Offshore wind is proposed as an energy source to upwell nutrient-rich deep water to the ocean photic layers. A spar-buoy wind turbine with a rigid tube about 300 m long is proposed as a pipe to drive deep water up to the surface. The minimum energy required to uplift the water is the potential energy difference between surface waters inside and outside the pipe, which depends on the background density profile. The corresponding surface jump or hydraulic head, h, calculated for several analytical and experimental density profiles, is of the order of 10 cm. If the complete turbine power (of the order of several MW) is used for raising the water (assuming a 100% pump efficiency), in a frictionless flow, very large water volumes, of the order of thousands of m(3) s(-1), will be transported to the photic layers. In a more realistic case, taking into account pipe friction in wide pipes, of the order of 10 m radius, and a power delivered to the fluid of 1 MW, the volume transport is still very large, about 500 m(3) s(-1). However, such a large amount of dense water could sink fast to aphotic layers due to vertical static instability (the fountain effect), ruining the enhancement of primary production. Hence, some ways to increase the turbulent entrainment and avoid the fountain effect are proposed. From the energetic viewpoint, artificial upwelling using offshore wind energy is a promising way to fertilize large open sea regions. This mariculture application is, however, severely subjected to atmosphere and ocean climatology, as well as to ecological dynamics. The general problem is multidisciplinary, and some important physical, engineering and ecological questions need to be seriously addressed to improve our confidence in the approach presented here.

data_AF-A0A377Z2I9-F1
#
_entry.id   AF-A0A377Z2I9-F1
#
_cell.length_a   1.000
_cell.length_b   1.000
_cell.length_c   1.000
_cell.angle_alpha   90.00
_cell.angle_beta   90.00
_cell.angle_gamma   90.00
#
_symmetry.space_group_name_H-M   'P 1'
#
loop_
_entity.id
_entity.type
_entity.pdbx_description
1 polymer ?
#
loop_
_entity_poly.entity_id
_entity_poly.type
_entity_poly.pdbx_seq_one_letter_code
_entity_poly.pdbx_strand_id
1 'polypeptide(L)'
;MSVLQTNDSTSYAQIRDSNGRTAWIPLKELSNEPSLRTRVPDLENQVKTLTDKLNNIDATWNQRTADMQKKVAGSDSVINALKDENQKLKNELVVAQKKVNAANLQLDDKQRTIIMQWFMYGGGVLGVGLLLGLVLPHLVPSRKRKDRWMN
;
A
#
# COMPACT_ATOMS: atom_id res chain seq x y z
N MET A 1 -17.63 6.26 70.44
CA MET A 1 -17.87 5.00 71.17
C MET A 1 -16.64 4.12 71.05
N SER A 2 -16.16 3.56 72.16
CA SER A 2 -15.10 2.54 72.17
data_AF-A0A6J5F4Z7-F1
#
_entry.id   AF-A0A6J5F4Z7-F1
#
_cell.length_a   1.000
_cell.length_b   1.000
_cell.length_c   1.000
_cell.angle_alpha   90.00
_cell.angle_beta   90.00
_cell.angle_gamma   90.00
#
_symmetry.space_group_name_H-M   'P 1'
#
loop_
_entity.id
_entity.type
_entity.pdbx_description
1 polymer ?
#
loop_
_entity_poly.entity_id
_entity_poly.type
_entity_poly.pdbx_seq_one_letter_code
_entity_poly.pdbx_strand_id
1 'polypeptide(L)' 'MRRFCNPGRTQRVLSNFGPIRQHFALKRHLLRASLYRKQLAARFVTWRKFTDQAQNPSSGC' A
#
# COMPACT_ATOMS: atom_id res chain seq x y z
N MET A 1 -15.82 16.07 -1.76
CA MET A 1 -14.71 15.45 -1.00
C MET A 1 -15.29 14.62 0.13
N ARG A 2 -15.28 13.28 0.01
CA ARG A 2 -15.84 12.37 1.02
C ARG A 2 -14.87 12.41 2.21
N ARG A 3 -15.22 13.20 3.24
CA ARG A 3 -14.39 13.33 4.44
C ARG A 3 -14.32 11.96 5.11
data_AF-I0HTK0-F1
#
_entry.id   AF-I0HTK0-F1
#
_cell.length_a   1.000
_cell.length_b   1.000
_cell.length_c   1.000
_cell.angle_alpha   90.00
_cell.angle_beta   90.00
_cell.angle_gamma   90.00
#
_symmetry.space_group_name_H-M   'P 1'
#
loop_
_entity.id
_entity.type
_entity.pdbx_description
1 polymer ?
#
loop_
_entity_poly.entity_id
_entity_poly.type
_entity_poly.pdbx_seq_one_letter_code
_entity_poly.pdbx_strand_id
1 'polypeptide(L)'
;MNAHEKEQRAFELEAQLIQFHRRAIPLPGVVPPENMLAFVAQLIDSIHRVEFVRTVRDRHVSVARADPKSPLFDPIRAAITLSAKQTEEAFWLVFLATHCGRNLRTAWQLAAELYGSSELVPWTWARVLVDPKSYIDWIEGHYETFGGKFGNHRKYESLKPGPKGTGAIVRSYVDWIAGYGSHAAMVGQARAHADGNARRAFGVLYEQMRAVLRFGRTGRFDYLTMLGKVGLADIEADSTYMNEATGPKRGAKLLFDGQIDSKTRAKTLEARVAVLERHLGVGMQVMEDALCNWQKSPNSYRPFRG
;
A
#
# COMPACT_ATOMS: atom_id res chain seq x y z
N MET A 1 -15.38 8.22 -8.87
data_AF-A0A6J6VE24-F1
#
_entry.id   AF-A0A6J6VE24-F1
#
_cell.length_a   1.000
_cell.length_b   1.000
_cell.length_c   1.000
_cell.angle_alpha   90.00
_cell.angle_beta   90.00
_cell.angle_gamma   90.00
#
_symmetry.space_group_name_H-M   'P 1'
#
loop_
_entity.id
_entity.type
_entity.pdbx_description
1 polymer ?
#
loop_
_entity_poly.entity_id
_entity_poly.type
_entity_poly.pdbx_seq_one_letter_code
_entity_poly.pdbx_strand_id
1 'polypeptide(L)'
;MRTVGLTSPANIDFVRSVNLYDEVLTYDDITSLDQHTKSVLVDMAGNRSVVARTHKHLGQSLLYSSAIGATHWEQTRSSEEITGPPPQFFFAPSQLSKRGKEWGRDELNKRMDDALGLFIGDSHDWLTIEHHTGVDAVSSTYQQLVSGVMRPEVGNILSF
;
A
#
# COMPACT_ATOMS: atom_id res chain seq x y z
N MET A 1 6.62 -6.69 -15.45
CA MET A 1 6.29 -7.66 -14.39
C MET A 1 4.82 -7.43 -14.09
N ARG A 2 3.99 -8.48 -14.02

Viúdez, Á., Fernández-Pedrera Balsells, M., & Rodríguez-Marroyo, R. (2016). Artificial upwelling using offshore wind energy for mariculture applications. Scientia Marina, 80(S1), 235–248. https://doi.org/10.3989/scimar.04297.06b